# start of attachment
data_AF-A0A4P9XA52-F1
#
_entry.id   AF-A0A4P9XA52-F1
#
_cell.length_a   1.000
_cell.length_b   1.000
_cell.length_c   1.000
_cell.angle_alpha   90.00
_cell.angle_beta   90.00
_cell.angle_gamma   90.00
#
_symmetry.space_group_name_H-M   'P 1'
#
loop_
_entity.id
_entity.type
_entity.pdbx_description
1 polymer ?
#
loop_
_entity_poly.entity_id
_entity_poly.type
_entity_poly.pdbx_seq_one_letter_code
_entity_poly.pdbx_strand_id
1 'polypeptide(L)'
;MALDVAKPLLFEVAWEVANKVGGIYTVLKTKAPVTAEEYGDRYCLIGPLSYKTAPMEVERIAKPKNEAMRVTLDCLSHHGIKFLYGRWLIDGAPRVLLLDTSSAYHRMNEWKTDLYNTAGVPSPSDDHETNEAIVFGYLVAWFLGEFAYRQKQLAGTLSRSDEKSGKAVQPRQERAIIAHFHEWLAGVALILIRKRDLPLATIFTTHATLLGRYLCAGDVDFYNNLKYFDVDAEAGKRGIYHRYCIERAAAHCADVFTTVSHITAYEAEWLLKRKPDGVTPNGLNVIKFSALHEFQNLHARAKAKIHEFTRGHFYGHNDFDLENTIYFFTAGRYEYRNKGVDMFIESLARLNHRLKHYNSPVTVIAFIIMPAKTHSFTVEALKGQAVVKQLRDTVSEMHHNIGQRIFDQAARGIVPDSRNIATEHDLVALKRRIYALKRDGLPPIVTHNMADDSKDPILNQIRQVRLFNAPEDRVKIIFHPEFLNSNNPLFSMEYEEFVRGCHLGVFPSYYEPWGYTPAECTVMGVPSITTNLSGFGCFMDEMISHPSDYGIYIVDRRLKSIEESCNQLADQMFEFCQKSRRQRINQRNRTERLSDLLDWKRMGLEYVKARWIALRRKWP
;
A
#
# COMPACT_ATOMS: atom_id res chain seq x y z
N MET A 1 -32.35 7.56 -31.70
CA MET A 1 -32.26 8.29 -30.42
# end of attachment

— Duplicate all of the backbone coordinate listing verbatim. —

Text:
data_AF-A0A4P9XA52-F1
#
_entry.id   AF-A0A4P9XA52-F1
#
_cell.length_a   1.000
_cell.length_b   1.000
_cell.length_c   1.000
_cell.angle_alpha   90.00
_cell.angle_beta   90.00
_cell.angle_gamma   90.00
#
_symmetry.space_group_name_H-M   'P 1'
#
loop_
_entity.id
_entity.type
_entity.pdbx_description
1 polymer ?
#
loop_
_entity_poly.entity_id
_entity_poly.type
_entity_poly.pdbx_seq_one_letter_code
_entity_poly.pdbx_strand_id
1 'polypeptide(L)'
;MALDVAKPLLFEVAWEVANKVGGIYTVLKTKAPVTAEEYGDRYCLIGPLSYKTAPMEVERIAKPKNEAMRVTLDCLSHHGIKFLYGRWLIDGAPRVLLLDTSSAYHRMNEWKTDLYNTAGVPSPSDDHETNEAIVFGYLVAWFLGEFAYRQKQLAGTLSRSDEKSGKAVQPRQERAIIAHFHEWLAGVALILIRKRDLPLATIFTTHATLLGRYLCAGDVDFYNNLKYFDVDAEAGKRGIYHRYCIERAAAHCADVFTTVSHITAYEAEWLLKRKPDGVTPNGLNVIKFSALHEFQNLHARAKAKIHEFTRGHFYGHNDFDLENTIYFFTAGRYEYRNKGVDMFIESLARLNHRLKHYNSPVTVIAFIIMPAKTHSFTVEALKGQAVVKQLRDTVSEMHHNIGQRIFDQAARGIVPDSRNIATEHDLVALKRRIYALKRDGLPPIVTHNMADDSKDPILNQIRQVRLFNAPEDRVKIIFHPEFLNSNNPLFSMEYEEFVRGCHLGVFPSYYEPWGYTPAECTVMGVPSITTNLSGFGCFMDEMISHPSDYGIYIVDRRLKSIEESCNQLADQMFEFCQKSRRQRINQRNRTERLSDLLDWKRMGLEYVKARWIALRRKWP
;
A
#
# COMPACT_ATOMS: atom_id res chain seq x y z
N MET A 1 -32.35 7.56 -31.70
CA MET A 1 -32.26 8.29 -30.42